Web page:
Shunt obstruction by cells and/or tissue is the most common cause of shunt failure. Ventricular catheter obstruction alone accounts for more than 50% of shunt failures in pediatric patients. The authors sought to systematically collect explanted ventricular catheters from the Seattle Children's Hospital with a focus on elucidating the cellular mechanisms underlying obstruction.
In the operating room, explanted hardware was placed in 4% paraformaldehyde. Weekly, samples were transferred to buffer solution and stored at 4°C. After consent was obtained for their use, catheters were labeled using cell-specific markers for astrocytes (glial fibrillary acidic protein), microglia (ionized calcium-binding adapter molecule 1), and choroid plexus (transthyretin) in conjunction with a nuclear stain (Hoechst). Catheters were mounted in custom polycarbonate imaging chambers. Three-dimensional, multispectral, spinning-disk confocal microscopy was used to image catheter cerebrospinal fluid–intake holes (10× objective, 499.2-μm-thick z-stack, 2.4-μm step size, Olympus IX81 inverted microscope with motorized stage and charge-coupled device camera). Values are reported as the mean ± standard error of the mean and were compared using a 2-tailed Mann-Whitney U-test. Significance was defined at p < 0.05.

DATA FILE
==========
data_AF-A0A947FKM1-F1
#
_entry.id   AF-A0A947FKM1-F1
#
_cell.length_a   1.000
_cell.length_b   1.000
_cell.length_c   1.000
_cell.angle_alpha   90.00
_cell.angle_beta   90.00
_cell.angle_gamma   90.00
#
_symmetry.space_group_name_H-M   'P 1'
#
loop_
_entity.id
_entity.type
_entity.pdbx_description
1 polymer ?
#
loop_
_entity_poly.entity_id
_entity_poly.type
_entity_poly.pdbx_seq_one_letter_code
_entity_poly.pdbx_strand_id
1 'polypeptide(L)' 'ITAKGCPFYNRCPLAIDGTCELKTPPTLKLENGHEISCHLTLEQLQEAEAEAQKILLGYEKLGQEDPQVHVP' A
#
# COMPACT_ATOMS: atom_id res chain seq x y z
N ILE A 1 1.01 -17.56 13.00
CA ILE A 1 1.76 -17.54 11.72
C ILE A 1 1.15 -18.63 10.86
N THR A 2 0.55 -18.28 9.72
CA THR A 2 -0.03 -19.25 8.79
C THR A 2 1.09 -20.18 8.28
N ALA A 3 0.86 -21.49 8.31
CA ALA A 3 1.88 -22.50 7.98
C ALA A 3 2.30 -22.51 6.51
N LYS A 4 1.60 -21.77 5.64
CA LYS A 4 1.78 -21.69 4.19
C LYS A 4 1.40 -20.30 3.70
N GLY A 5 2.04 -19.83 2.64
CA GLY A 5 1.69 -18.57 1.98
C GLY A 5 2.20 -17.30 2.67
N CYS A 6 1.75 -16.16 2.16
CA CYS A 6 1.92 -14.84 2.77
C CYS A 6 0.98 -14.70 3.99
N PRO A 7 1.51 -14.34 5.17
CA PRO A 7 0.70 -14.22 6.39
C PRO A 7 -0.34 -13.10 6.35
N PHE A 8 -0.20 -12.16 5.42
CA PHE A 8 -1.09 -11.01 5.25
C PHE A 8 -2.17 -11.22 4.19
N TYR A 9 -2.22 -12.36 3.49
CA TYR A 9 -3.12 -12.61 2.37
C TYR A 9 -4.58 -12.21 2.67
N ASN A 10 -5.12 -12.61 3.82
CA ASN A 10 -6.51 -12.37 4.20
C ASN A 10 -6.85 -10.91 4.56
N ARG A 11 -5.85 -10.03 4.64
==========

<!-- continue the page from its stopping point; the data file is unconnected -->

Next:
Thirty-six ventricular catheters have been imaged to date, resulting in the following observations: 1) Astrocytes and microglia are the dominant cell types bound directly to catheter surfaces; 2) cellular binding to catheters is ubiquitous even if no grossly visible tissue is apparent; and 3) immunohistochemical techniques are of limited utility when a catheter has been exposed to Bugbee wire electrocautery. Statistical analysis of 24 catheters was performed, after excluding 7 catheters exposed to Bugbee wire cautery, 3 that were poorly fixed, and 2 that demonstrated pronounced autofluorescence. This analysis revealed that catheters with a microglia-dominant cellular response tended to be implanted for shorter durations (24.7 ± 6.7 days) than those with an astrocyte-dominant response (1183 ± 642 days; p = 0.027).
Ventricular catheter occlusion remains a significant source of shunt morbidity in the pediatric population, and given their ability to intimately associate with catheter surfaces, astrocytes and microglia appear to be critical to this pathophysiology. Microglia tend to be the dominant cell type on catheters implanted for less than 2 months, while astrocytes tend to be the most prevalent cell type on catheters implanted for longer time courses and are noted to serve as an interface for the secondary attachment of ependymal cells and choroid plexus.